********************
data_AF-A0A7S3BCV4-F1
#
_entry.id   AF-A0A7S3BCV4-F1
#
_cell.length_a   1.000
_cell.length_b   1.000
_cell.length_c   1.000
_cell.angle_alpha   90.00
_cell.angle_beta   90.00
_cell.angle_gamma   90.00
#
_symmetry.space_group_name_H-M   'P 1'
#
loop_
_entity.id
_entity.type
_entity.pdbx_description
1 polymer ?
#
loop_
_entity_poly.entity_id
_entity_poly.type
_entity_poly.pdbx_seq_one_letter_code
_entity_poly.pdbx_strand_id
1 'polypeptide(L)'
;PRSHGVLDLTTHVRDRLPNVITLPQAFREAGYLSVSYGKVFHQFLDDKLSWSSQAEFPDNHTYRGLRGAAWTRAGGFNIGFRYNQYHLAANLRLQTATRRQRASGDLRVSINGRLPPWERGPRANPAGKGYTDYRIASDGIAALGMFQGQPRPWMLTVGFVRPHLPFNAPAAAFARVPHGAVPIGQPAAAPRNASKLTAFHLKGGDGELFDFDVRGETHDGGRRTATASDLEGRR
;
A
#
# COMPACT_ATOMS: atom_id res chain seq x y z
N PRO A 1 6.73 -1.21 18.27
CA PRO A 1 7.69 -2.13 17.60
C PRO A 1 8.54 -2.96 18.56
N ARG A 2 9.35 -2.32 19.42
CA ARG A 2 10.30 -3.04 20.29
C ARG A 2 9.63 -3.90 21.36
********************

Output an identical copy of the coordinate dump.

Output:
data_AF-A0A7S3BCV4-F1
#
_entry.id   AF-A0A7S3BCV4-F1
#
_cell.length_a   1.000
_cell.length_b   1.000
_cell.length_c   1.000
_cell.angle_alpha   90.00
_cell.angle_beta   90.00
_cell.angle_gamma   90.00
#
_symmetry.space_group_name_H-M   'P 1'
#
loop_
_entity.id
_entity.type
_entity.pdbx_description
1 polymer ?
#
loop_
_entity_poly.entity_id
_entity_poly.type
_entity_poly.pdbx_seq_one_letter_code
_entity_poly.pdbx_strand_id
1 'polypeptide(L)'
;PRSHGVLDLTTHVRDRLPNVITLPQAFREAGYLSVSYGKVFHQFLDDKLSWSSQAEFPDNHTYRGLRGAAWTRAGGFNIGFRYNQYHLAANLRLQTATRRQRASGDLRVSINGRLPPWERGPRANPAGKGYTDYRIASDGIAALGMFQGQPRPWMLTVGFVRPHLPFNAPAAAFARVPHGAVPIGQPAAAPRNASKLTAFHLKGGDGELFDFDVRGETHDGGRRTATASDLEGRR
;
A
#
# COMPACT_ATOMS: atom_id res chain seq x y z
N PRO A 1 6.73 -1.21 18.27
CA PRO A 1 7.69 -2.13 17.60
C PRO A 1 8.54 -2.96 18.56
N ARG A 2 9.35 -2.32 19.42
CA ARG A 2 10.30 -3.04 20.29
C ARG A 2 9.63 -3.90 21.36